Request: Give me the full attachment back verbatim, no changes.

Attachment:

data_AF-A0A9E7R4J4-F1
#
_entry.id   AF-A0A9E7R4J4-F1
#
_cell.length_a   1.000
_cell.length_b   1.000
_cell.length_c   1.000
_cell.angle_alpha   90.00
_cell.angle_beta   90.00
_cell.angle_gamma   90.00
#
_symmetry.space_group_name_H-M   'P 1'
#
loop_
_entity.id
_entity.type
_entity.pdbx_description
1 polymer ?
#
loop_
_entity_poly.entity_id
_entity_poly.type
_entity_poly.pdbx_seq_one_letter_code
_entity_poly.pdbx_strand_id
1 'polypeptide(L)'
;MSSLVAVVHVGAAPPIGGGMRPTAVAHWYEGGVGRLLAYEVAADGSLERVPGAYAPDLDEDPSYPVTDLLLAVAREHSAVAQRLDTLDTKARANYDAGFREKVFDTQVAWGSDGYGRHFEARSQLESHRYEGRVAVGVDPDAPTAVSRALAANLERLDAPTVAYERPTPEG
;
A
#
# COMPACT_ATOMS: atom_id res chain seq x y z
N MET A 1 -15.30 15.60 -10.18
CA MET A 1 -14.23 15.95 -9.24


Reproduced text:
data_AF-A0A9E7R4J4-F1
#
_entry.id   AF-A0A9E7R4J4-F1
#
_cell.length_a   1.000
_cell.length_b   1.000
_cell.length_c   1.000
_cell.angle_alpha   90.00
_cell.angle_beta   90.00
_cell.angle_gamma   90.00
#
_symmetry.space_group_name_H-M   'P 1'
#
loop_
_entity.id
_entity.type
_entity.pdbx_description
1 polymer ?
#
loop_
_entity_poly.entity_id
_entity_poly.type
_entity_poly.pdbx_seq_one_letter_code
_entity_poly.pdbx_strand_id
1 'polypeptide(L)'
;MSSLVAVVHVGAAPPIGGGMRPTAVAHWYEGGVGRLLAYEVAADGSLERVPGAYAPDLDEDPSYPVTDLLLAVAREHSAVAQRLDTLDTKARANYDAGFREKVFDTQVAWGSDGYGRHFEARSQLESHRYEGRVAVGVDPDAPTAVSRALAANLERLDAPTVAYERPTPEG
;
A
#
# COMPACT_ATOMS: atom_id res chain seq x y z
N MET A 1 -15.30 15.60 -10.18
CA MET A 1 -14.23 15.95 -9.24